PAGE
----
During the thirteenth and fourteenth centuries several Arab astronomers developed mathematical techniques similar to that of Copernicus, including the previously mentioned al-Urdi, al-Tusi, and al-Shatir. The underlying suggestion is that Copernicus was most likely influenced by previous astronomical theories. According to Saliba “research conducted in the history of Arabic astronomy after 1957 has managed to demonstrate that the very same theorems of Tusi and Urdi as well as the model for the moon by Ibn al-Shatir were also used by Copernicus to construct his own alternative astronomy.”
The influences of Islamic astronomers on European contemporaries is uncertain, but Copernicus discussed al-Battani in De Revolutionibus Orbium Coelestium suggesting a possible influence of the Arab astronomer. In the tenth chapter entitled The Order of the Heavenly Spheres, Copernicus writes that planets “are tiny bodies in comparison with the sun. Venus, although bigger than Mercury, can occult barely a hundredth of the sun. So says Al-Battani of Raqqa, who thinks that the sun’s diameter is ten times larger [than Venus’s], and therefore so minute a speck is not easily descried in the most brilliant light.” Without looking further than his own text, Copernicus was certainly familiar with works of Islamic astronomers. Whether they influenced his mathematical conclusions remain open to debate.
Reductionist revisions to history have claimed the superiority of Islamic sciences because several astronomers in the dar al-Islam touched on the possibility of a heliocentric universe. These included Ibn al-Haytham, Abu-Rayhan Biruni, and Qutb al-Din al-Shirazi. However, there was no general consensus among Muslim astronomers for a heliocentric option to replace geocentric models. Often astronomers suggested a heliocentric model only to expressly deny its possibility. Although heliocentric theories already existed in ancient scientific writings, this model did not come to replace geocentric opinion until long after Copernicus himself. That other astronomers came to think of it first thus remains remarkably unimportant until the time of Galileo and Newton. Only in hindsight have historians of science taken note of heliocentric models that were touched up, even though they were dismissed by contemporary medieval and early modern astronomers.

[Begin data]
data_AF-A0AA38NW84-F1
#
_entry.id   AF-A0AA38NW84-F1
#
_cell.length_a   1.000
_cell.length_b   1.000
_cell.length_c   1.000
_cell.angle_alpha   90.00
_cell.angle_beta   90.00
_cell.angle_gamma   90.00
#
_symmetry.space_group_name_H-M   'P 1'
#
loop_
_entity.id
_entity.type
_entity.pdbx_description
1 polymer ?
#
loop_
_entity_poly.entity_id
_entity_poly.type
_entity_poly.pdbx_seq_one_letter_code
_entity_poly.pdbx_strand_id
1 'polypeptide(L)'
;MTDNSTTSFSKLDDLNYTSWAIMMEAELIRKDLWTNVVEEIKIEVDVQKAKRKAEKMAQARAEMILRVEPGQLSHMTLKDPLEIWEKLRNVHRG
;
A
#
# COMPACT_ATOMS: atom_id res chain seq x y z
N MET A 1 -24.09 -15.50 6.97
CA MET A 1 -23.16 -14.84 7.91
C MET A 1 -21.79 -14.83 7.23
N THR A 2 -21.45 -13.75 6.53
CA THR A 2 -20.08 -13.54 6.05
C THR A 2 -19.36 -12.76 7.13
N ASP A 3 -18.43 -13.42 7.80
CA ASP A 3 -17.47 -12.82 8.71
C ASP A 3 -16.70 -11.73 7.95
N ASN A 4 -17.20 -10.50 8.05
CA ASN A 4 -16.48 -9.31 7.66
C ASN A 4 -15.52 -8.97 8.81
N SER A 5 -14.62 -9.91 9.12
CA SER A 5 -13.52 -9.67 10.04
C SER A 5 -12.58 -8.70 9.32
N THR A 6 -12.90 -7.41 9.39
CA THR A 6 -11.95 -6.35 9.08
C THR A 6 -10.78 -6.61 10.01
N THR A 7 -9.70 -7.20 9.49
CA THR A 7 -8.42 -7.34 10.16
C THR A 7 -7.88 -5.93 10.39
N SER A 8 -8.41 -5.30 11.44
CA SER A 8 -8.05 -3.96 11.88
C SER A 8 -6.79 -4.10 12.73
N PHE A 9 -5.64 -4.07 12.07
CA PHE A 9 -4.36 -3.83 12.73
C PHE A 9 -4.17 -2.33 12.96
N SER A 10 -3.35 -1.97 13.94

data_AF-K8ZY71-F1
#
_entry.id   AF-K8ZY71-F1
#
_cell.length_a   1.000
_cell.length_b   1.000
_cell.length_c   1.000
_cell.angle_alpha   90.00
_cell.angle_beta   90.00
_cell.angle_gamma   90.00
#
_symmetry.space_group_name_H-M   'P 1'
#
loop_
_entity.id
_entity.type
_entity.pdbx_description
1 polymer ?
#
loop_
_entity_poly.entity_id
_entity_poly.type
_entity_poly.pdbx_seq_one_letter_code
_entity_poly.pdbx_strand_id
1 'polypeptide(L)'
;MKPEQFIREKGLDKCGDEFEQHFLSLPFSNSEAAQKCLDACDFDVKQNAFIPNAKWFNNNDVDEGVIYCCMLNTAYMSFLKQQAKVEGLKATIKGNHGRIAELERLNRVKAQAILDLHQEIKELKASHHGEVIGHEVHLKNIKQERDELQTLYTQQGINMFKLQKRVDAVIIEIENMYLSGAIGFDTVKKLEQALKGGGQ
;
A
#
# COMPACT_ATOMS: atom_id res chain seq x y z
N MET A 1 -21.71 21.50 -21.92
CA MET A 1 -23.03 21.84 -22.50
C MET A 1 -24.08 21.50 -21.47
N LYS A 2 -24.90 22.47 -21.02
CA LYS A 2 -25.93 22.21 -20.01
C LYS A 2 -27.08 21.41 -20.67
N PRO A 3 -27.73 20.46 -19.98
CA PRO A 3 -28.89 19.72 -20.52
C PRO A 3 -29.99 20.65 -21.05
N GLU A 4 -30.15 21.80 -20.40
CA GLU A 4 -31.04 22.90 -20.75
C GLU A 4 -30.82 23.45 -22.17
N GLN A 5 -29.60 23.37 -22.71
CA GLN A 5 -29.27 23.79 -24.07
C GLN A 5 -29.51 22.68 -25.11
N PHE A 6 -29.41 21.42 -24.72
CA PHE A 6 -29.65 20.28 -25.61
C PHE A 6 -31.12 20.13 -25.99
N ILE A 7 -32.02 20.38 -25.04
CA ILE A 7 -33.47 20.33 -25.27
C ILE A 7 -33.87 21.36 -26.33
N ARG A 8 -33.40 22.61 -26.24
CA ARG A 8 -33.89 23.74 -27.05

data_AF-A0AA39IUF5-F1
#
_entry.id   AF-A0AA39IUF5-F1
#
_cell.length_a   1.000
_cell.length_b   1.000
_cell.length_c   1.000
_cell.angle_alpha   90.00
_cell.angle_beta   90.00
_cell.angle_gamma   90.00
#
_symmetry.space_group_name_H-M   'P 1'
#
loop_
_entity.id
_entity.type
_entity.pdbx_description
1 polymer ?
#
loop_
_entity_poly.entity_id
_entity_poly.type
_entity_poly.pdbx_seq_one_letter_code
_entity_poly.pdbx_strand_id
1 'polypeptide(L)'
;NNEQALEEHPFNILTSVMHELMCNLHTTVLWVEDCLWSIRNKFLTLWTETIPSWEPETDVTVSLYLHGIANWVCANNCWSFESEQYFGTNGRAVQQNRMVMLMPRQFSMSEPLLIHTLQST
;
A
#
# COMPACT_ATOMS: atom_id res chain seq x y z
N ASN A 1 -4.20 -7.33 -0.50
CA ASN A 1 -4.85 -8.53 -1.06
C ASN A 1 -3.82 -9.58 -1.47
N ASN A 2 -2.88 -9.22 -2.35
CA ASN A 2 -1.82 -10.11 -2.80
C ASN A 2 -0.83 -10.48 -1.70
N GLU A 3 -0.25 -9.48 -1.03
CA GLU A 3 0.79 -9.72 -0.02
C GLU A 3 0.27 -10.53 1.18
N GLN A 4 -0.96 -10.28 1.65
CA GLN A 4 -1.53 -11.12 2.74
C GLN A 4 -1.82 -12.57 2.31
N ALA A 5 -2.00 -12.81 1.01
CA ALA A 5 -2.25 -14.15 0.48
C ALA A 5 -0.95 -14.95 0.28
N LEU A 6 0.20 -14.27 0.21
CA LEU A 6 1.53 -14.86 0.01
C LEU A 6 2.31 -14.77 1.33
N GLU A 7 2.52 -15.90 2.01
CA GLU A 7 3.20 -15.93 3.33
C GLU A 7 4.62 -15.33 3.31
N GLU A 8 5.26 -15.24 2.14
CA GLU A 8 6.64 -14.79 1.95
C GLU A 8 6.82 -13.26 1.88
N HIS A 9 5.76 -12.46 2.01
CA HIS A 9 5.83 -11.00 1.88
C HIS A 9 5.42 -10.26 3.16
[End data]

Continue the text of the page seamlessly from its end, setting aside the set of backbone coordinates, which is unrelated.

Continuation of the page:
Although the connection between astronomers of the Maragha School and Copernican scholars is uncertain, Saliba proposes that it is almost certainly likely. Mere coincidence does not explain, for example, the nearly identical lunar models of Copernicus and al-Shatir. The main distinction is that the Maragha School astronomers remained geocentric as opposed to the heliocentric model of Copernicus. “That feature of Copernican astronomy entails the transformation of geocentric mathematical models to heliocentric ones by the reversal of the vector connecting the sun to the earth, while leaving the rest of the mathematical models intact.” (Saliba, p 266) While the innovation of contemporary heliocentric visions of the universe are attributed to Copernicus, his actual mathematics remained little distinguished from earlier and contemporary astronomers.
Other similarities between Copernicus and the Maragha School exist. Like the Maragha astronomers, Copernicus was concerned with preserving the Ptolemaic equant instead of arguing against it. “The real Copernican indebtedness to the Maragha astronomers not only lies in the fact that he uses these same theorems to build his own models, but that he also uses them at the identical points in the models where they were used earlier by the Maragha astronomers.” (Saliba, p 269) Both the Tusi Couple and the ‘Urdi Lemma figured in Copernicus’ theorems. The only certainty in the actual transmission of astronomical information to Christian Europe, during and before the time of Copernicus, was a Byzantine Greek manuscript showing the Tusi Couple and “a poor rendering of Ibn al-Shatir’s lunar model” (Saliba, p 271) which was located in the Vatican Collection by 1453. Whether Copernicus actually saw this document is not known.